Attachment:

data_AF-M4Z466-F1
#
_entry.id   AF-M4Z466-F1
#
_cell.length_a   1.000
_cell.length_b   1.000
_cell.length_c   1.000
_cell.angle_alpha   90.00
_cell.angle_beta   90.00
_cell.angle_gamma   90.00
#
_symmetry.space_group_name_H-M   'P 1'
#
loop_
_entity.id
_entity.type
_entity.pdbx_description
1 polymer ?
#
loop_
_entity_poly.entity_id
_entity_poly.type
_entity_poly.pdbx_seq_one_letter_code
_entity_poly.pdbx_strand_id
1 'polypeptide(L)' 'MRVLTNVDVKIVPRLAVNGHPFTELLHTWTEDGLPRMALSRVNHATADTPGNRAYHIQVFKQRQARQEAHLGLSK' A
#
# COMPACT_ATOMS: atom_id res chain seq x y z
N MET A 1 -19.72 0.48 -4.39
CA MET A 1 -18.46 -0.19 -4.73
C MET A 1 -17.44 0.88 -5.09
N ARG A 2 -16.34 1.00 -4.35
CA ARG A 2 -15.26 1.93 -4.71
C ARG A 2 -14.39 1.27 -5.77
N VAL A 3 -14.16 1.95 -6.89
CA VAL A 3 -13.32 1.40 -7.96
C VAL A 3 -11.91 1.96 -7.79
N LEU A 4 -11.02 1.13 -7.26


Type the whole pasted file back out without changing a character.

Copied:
data_AF-M4Z466-F1
#
_entry.id   AF-M4Z466-F1
#
_cell.length_a   1.000
_cell.length_b   1.000
_cell.length_c   1.000
_cell.angle_alpha   90.00
_cell.angle_beta   90.00
_cell.angle_gamma   90.00
#
_symmetry.space_group_name_H-M   'P 1'
#
loop_
_entity.id
_entity.type
_entity.pdbx_description
1 polymer ?
#
loop_
_entity_poly.entity_id
_entity_poly.type
_entity_poly.pdbx_seq_one_letter_code
_entity_poly.pdbx_strand_id
1 'polypeptide(L)' 'MRVLTNVDVKIVPRLAVNGHPFTELLHTWTEDGLPRMALSRVNHATADTPGNRAYHIQVFKQRQARQEAHLGLSK' A
#
# COMPACT_ATOMS: atom_id res chain seq x y z
N MET A 1 -19.72 0.48 -4.39
CA MET A 1 -18.46 -0.19 -4.73
C MET A 1 -17.44 0.88 -5.09
N ARG A 2 -16.34 1.00 -4.35
CA ARG A 2 -15.26 1.93 -4.71
C ARG A 2 -14.39 1.27 -5.77
N VAL A 3 -14.16 1.95 -6.89
CA VAL A 3 -13.32 1.40 -7.96
C VAL A 3 -11.91 1.96 -7.79
N LEU A 4 -11.02 1.13 -7.26